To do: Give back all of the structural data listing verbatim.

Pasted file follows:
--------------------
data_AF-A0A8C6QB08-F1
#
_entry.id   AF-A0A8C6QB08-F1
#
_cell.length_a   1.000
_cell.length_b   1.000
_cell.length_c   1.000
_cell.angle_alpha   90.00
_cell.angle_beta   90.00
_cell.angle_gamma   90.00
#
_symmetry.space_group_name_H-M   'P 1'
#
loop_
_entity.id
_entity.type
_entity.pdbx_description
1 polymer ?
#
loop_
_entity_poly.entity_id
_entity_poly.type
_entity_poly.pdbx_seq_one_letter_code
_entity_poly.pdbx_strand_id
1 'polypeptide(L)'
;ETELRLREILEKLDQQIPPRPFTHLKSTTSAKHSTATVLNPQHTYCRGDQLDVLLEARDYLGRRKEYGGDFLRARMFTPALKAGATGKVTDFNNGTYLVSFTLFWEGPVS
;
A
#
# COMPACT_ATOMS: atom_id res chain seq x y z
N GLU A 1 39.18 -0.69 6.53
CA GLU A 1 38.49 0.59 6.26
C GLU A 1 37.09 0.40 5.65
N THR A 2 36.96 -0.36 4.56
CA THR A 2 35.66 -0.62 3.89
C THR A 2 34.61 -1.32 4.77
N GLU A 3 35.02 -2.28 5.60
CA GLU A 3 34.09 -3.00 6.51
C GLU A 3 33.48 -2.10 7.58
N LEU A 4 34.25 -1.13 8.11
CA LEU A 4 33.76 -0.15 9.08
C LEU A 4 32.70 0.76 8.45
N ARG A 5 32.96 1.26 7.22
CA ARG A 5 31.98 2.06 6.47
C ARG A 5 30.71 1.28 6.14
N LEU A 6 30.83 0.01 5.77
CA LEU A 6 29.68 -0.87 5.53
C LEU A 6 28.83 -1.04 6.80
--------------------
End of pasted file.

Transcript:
data_AF-A0A8C6QB08-F1
#
_entry.id   AF-A0A8C6QB08-F1
#
_cell.length_a   1.000
_cell.length_b   1.000
_cell.length_c   1.000
_cell.angle_alpha   90.00
_cell.angle_beta   90.00
_cell.angle_gamma   90.00
#
_symmetry.space_group_name_H-M   'P 1'
#
loop_
_entity.id
_entity.type
_entity.pdbx_description
1 polymer ?
#
loop_
_entity_poly.entity_id
_entity_poly.type
_entity_poly.pdbx_seq_one_letter_code
_entity_poly.pdbx_strand_id
1 'polypeptide(L)'
;ETELRLREILEKLDQQIPPRPFTHLKSTTSAKHSTATVLNPQHTYCRGDQLDVLLEARDYLGRRKEYGGDFLRARMFTPALKAGATGKVTDFNNGTYLVSFTLFWEGPVS
;
A
#
# COMPACT_ATOMS: atom_id res chain seq x y z
N GLU A 1 39.18 -0.69 6.53
CA GLU A 1 38.49 0.59 6.26
C GLU A 1 37.09 0.40 5.65
N THR A 2 36.96 -0.36 4.56
CA THR A 2 35.66 -0.62 3.89
C THR A 2 34.61 -1.32 4.77
N GLU A 3 35.02 -2.28 5.60
CA GLU A 3 34.09 -3.00 6.51
C GLU A 3 33.48 -2.10 7.58
N LEU A 4 34.25 -1.13 8.11
CA LEU A 4 33.76 -0.15 9.08
C LEU A 4 32.70 0.76 8.45
N ARG A 5 32.96 1.26 7.22
CA ARG A 5 31.98 2.06 6.47
C ARG A 5 30.71 1.28 6.14
N LEU A 6 30.83 0.01 5.77
CA LEU A 6 29.68 -0.87 5.53
C LEU A 6 28.83 -1.04 6.80